Scottish Greens co-leader threatened with being ‘outed as trans’

The new co-leader of the Scottish Green Party, Lorna Slater, has revealed she received an online message from someone threatening to “out” her as transgender just minutes after she was elected.

Slater, who became co-leader of Scotland’s Green Party on August 1, has launched an informal campaign to get more women and non-binary people into politics.

She tweeted on August 3: “To the person who DMed me & threatened to ‘out’ me as Trans. The Trans people I know are kind, genuine and very, very brave. Your threat does not bother me. I think it’s hilarious, but I’m sorry for people who have to deal with this abuse all the time. #transally.”

One reply to Slater’s tweet said, “I’m a trans ally and those scumbags have tried that with me. They need to learn that calling someone trans is not an insult and won’t upset me.”

In an interview with The National, Slater said, “The threat was just to ‘out’ me if I didn’t say what my ‘real sex’ was.”

“From the supportive messages that I’ve received, I gather this is a fairly standard thread to women who are trans allies.

“It is a bit of an odd one, to try to shame me for being trans when I don’t think being trans is anything to hide or be ashamed of.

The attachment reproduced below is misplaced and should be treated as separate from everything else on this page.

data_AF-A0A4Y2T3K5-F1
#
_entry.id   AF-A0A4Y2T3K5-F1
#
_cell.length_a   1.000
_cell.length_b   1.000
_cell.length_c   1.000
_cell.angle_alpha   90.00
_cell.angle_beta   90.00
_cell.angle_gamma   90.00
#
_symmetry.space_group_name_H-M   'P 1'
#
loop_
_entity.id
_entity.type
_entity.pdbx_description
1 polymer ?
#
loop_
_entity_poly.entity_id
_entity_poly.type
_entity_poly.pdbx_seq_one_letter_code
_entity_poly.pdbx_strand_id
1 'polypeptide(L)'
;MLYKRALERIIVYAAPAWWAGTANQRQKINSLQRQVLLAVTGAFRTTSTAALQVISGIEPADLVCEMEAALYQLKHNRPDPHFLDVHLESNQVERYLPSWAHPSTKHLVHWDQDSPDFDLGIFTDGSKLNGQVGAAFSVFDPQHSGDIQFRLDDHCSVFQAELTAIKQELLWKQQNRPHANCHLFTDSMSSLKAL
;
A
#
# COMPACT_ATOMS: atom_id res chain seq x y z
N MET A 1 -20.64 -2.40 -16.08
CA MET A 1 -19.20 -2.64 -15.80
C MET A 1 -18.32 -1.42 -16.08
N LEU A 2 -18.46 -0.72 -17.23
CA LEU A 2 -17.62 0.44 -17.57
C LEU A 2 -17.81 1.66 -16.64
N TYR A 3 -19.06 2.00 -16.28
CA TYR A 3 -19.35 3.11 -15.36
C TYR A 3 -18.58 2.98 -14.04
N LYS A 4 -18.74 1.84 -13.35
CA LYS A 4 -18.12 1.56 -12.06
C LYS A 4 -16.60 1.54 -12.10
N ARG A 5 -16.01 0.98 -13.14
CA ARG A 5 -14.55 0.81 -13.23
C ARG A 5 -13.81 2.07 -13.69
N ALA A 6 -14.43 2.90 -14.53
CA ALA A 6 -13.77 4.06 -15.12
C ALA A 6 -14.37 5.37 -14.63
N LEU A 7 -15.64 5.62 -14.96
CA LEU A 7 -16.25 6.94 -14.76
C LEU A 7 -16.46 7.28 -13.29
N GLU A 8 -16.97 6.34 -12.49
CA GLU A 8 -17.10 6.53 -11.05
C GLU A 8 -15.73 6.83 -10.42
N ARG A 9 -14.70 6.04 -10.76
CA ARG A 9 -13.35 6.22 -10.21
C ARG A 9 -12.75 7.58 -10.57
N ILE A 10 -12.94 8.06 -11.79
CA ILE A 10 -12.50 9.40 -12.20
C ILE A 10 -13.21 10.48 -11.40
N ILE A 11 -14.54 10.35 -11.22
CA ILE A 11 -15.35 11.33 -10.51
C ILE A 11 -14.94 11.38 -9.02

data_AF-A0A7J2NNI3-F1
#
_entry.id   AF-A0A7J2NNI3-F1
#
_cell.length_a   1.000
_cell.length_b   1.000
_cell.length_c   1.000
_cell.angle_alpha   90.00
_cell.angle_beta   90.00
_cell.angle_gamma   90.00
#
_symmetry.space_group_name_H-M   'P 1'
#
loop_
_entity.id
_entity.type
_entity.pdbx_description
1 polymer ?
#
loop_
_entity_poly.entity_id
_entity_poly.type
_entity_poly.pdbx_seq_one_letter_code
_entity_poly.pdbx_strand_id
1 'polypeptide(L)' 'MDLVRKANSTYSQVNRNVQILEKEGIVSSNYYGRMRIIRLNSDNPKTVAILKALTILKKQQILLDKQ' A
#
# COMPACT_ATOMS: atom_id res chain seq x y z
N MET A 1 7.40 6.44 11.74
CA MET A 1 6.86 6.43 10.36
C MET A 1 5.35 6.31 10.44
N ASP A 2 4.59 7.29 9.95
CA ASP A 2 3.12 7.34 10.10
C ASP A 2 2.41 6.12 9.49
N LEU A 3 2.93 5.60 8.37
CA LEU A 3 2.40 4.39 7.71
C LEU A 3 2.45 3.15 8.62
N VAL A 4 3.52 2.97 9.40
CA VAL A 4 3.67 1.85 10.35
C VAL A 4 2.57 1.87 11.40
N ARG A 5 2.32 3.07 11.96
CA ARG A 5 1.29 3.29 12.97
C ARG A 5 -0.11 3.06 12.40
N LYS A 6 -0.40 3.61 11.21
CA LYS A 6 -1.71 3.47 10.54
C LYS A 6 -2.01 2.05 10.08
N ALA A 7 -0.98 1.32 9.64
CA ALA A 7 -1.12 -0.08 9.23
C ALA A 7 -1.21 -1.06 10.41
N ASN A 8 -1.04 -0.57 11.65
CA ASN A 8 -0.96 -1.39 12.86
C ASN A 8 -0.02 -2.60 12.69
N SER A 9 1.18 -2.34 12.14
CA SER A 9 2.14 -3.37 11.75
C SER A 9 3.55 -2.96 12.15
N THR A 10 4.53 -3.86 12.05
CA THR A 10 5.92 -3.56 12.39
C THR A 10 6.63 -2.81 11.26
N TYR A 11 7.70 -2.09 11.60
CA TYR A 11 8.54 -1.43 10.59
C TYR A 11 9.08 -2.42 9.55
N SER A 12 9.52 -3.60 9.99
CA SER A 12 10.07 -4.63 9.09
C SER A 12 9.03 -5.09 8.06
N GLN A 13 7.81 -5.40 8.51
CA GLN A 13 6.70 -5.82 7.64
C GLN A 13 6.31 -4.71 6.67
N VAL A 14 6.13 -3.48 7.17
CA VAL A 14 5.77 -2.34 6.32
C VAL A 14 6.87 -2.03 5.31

“When I responded on Twitter saying that the trans people I’ve met are kind and brave, it is because I think to make the transition, you have to really do some self evaluation and reflection.

“You need to really know who you are and accept who you are, and the consequence of doing that work is that you live an examined, meaningful life.

“People living that kind of life are brave and kind. I think it is those who lead un-examined lives, who haven’t really accepted themselves, who are frightened and insecure, who are unkind.”

Scottish delays to reforming Gender Recognition Act

Scotland recently announced it was delaying planned reforms to the Gender Recognition Act in order to conduct further public consultation and an equality impact assessment.

The Scottish government also announced it would not be extending legal recognition to non-binary trans people.

In 2018, Scotland’s only openly transgender politician – a non-binary Scottish National Party councillor called Gregor Murray – stepped down from their role citing online abuse for their decision.

There are currently no openly trans MPs or MSPs in Holyrood or Westminster.